In the next 100, the US has 58 firms. The UK ranks at 163 and 181.

The UK is home to the highest number of European unicorns, privately held startup companies valued at over $1bn, with a total of 47 unicorn start-ups, according to MoneyTransfers last September.

Germany had 30 firms; France had 28; Sweden 8 and the Netherlands 7.

The Economist's Digital Cities Index 2022 of 30 cities ranks in the top 15: Copenhagen; Amsterdam; Beijing; London; Seoul; New York; Sydney; Singapore; Washington DC; Paris; Toronto; Zurich; Barcelona; Frankfurt and Dallas.

London has been ranked the smartest city in the world, followed by New York 2 and Paris 3, according to the 2022 edition of the IESE Cities in Motion Index. The index produced by the Spanish business school ranks 183 cities worldwide on a range of key dimensions linked to sustainability and quality of life for inhabitants. Dublin is ranked 18 for the most improved.

The 5 big tech firms may sometime spend some of their super R&D budgets in ways that could help humanity rather than participating in a space race for example.

The Economist reported this year "Last year YouTube’s advertising revenue, which Alphabet first revealed only in 2020, reached $29bn. That means that in 2021 Google Other and YouTube’s ad business each generated more money than four-fifths of the companies in the s&p 500 index of the biggest American firms...The operating margin for Apple’s app store has been estimated at 78%, according to one case brought against the firm by Epic Games, a video-games maker. For Google, the figure is 62%."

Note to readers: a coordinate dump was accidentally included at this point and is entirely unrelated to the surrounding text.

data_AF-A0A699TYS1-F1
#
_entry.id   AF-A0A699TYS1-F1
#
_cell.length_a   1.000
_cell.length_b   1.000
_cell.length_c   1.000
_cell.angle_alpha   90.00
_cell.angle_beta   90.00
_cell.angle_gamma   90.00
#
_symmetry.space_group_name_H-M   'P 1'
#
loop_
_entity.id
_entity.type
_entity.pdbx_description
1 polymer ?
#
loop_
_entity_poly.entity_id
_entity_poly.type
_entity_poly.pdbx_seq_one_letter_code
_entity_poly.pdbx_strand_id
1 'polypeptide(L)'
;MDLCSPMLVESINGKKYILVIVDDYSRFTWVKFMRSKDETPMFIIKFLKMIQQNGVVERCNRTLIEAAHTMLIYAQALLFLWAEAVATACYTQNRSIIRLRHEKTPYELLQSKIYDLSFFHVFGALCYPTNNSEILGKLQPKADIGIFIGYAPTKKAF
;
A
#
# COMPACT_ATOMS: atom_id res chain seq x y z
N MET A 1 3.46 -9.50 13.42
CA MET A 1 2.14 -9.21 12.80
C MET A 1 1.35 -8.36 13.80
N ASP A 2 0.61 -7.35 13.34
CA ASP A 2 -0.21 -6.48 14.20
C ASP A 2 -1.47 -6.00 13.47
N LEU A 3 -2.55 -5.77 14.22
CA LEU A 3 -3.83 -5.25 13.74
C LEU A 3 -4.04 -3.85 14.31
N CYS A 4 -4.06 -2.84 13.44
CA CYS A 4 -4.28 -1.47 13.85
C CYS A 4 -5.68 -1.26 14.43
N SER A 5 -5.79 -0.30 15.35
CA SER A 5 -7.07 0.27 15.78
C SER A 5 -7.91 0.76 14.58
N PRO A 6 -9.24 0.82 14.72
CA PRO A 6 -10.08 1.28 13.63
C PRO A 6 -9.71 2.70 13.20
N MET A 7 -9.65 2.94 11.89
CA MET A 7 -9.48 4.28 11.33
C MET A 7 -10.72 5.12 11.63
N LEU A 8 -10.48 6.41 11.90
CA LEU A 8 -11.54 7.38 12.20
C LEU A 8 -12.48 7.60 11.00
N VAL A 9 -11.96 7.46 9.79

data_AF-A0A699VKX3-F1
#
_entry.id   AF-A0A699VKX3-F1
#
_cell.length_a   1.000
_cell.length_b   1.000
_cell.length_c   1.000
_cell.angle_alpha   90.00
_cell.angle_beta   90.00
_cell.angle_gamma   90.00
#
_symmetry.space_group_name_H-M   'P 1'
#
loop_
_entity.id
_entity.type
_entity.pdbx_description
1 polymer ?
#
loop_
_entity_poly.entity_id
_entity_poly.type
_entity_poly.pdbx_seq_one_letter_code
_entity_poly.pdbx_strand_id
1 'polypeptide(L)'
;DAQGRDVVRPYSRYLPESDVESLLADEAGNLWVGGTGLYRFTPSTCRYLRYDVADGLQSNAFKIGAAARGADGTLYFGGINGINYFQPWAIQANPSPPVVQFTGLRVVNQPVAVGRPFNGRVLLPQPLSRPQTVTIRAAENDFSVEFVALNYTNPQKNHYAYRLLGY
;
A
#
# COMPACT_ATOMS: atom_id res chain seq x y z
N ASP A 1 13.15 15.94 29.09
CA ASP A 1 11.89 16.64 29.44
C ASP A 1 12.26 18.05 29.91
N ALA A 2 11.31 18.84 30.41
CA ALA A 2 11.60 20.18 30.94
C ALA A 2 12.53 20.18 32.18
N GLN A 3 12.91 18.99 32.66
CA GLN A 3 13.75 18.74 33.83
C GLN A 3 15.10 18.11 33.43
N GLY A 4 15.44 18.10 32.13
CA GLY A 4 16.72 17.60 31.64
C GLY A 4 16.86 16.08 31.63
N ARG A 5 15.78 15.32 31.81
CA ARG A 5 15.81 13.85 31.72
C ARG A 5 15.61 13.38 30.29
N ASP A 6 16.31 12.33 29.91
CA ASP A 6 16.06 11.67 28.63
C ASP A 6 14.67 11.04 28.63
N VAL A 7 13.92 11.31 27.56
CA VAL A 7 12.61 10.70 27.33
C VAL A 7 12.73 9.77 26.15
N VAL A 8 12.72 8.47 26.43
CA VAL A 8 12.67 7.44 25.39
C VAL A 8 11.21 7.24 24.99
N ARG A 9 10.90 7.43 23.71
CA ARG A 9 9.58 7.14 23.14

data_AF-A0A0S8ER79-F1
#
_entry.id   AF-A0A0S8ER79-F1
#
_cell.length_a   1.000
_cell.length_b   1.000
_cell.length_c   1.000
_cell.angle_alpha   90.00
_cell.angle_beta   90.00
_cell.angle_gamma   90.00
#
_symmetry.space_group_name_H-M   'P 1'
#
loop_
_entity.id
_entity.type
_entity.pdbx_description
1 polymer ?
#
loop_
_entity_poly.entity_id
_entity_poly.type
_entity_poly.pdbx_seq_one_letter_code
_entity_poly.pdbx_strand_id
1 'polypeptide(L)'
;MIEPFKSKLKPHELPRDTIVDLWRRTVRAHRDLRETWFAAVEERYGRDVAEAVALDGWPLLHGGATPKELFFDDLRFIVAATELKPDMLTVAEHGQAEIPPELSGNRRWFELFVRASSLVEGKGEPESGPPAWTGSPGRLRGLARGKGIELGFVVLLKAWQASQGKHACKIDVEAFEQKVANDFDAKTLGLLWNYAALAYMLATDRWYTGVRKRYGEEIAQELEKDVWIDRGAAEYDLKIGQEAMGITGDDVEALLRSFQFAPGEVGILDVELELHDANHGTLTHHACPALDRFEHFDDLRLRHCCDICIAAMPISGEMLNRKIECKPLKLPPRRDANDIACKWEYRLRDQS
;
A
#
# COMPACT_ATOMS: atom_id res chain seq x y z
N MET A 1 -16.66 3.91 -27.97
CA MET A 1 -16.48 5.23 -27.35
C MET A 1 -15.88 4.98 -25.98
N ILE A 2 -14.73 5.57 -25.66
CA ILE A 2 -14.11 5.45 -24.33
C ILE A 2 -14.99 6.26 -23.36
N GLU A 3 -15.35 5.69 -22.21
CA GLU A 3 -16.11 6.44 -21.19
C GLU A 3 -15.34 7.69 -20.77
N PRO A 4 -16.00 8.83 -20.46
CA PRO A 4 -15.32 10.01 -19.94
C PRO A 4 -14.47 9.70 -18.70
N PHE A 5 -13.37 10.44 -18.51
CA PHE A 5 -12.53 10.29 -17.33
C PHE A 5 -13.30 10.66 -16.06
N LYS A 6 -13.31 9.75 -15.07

Can they be visionaries or just "fumble in a greasy till"

Apple famously decided that an Irish shell company could be used to channel billions of dollars because it decided that the entity was not tax resident anywhere on Planet­čśĆ Earth

John D Rockefeller never acknowledged that he had been a monopolist. He founded Standard Oil in 1870, and acquired most of the oil refineries in the US, eventually controlling about 90% of the US oil production.

On that late Monday afternoon in May 1911, the oil tycoon was playing golf with Father JP Lennon, a Catholic priest, on his estate in Westchester County’s Pocantico Hills, New York. According to Ron Chernow's 1998 book, 'Titan: The Life of John D. Rockefeller Sr.' the most notorious of the robber barons reacted to the news from the Supreme Court that the Standard Oil Trust should be broken up, with studied nonchalance.

"Father Lennon, have you any money?" Rockefeller is reputed to have asked the priest who said he had none. "Buy Standard Oil," Rockefeller apparently said.

It was wise advice.

Newspapers anointed John D Rockefeller (1839–1937) as the first dollar billionaire in September. His son Junior called it an exaggeration.

Ron Chernow estimated that Rockefeller’s wealth peaked at $900mn in 1913 — that would be worth over $27bn today.